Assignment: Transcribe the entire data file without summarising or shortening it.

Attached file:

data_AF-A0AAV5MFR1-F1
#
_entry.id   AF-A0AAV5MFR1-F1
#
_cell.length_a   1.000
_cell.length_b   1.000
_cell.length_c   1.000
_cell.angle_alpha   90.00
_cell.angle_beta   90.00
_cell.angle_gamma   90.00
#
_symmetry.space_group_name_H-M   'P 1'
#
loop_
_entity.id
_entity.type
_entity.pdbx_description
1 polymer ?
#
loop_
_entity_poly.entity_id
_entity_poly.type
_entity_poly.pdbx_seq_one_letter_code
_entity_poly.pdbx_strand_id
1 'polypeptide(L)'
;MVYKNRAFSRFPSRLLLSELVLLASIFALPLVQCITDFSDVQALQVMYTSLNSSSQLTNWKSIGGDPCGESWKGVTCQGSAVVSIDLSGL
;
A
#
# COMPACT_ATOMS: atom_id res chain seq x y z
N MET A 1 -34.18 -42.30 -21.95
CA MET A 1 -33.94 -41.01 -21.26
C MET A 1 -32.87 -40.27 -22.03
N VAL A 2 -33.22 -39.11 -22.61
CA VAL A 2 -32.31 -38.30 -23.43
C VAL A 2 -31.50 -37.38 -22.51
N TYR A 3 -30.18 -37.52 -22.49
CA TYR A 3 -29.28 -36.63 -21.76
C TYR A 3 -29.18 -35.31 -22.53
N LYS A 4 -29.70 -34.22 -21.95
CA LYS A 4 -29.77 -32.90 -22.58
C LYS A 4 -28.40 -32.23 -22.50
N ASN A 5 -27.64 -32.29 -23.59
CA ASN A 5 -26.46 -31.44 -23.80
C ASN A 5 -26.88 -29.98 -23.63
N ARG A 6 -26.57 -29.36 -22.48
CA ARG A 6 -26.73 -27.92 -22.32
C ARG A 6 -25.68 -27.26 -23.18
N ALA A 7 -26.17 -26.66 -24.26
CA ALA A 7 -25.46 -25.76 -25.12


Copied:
data_AF-A0AAV5MFR1-F1
#
_entry.id   AF-A0AAV5MFR1-F1
#
_cell.length_a   1.000
_cell.length_b   1.000
_cell.length_c   1.000
_cell.angle_alpha   90.00
_cell.angle_beta   90.00
_cell.angle_gamma   90.00
#
_symmetry.space_group_name_H-M   'P 1'
#
loop_
_entity.id
_entity.type
_entity.pdbx_description
1 polymer ?
#
loop_
_entity_poly.entity_id
_entity_poly.type
_entity_poly.pdbx_seq_one_letter_code
_entity_poly.pdbx_strand_id
1 'polypeptide(L)'
;MVYKNRAFSRFPSRLLLSELVLLASIFALPLVQCITDFSDVQALQVMYTSLNSSSQLTNWKSIGGDPCGESWKGVTCQGSAVVSIDLSGL
;
A
#
# COMPACT_ATOMS: atom_id res chain seq x y z
N MET A 1 -34.18 -42.30 -21.95
CA MET A 1 -33.94 -41.01 -21.26
C MET A 1 -32.87 -40.27 -22.03
N VAL A 2 -33.22 -39.11 -22.61
CA VAL A 2 -32.31 -38.30 -23.43
C VAL A 2 -31.50 -37.38 -22.51
N TYR A 3 -30.18 -37.52 -22.49
CA TYR A 3 -29.28 -36.63 -21.76
C TYR A 3 -29.18 -35.31 -22.53
N LYS A 4 -29.70 -34.22 -21.95
CA LYS A 4 -29.77 -32.90 -22.58
C LYS A 4 -28.40 -32.23 -22.50
N ASN A 5 -27.64 -32.29 -23.59
CA ASN A 5 -26.46 -31.44 -23.80
C ASN A 5 -26.88 -29.98 -23.63
N ARG A 6 -26.57 -29.36 -22.48
CA ARG A 6 -26.73 -27.92 -22.32
C ARG A 6 -25.68 -27.26 -23.18
N ALA A 7 -26.17 -26.66 -24.26
CA ALA A 7 -25.46 -25.76 -25.12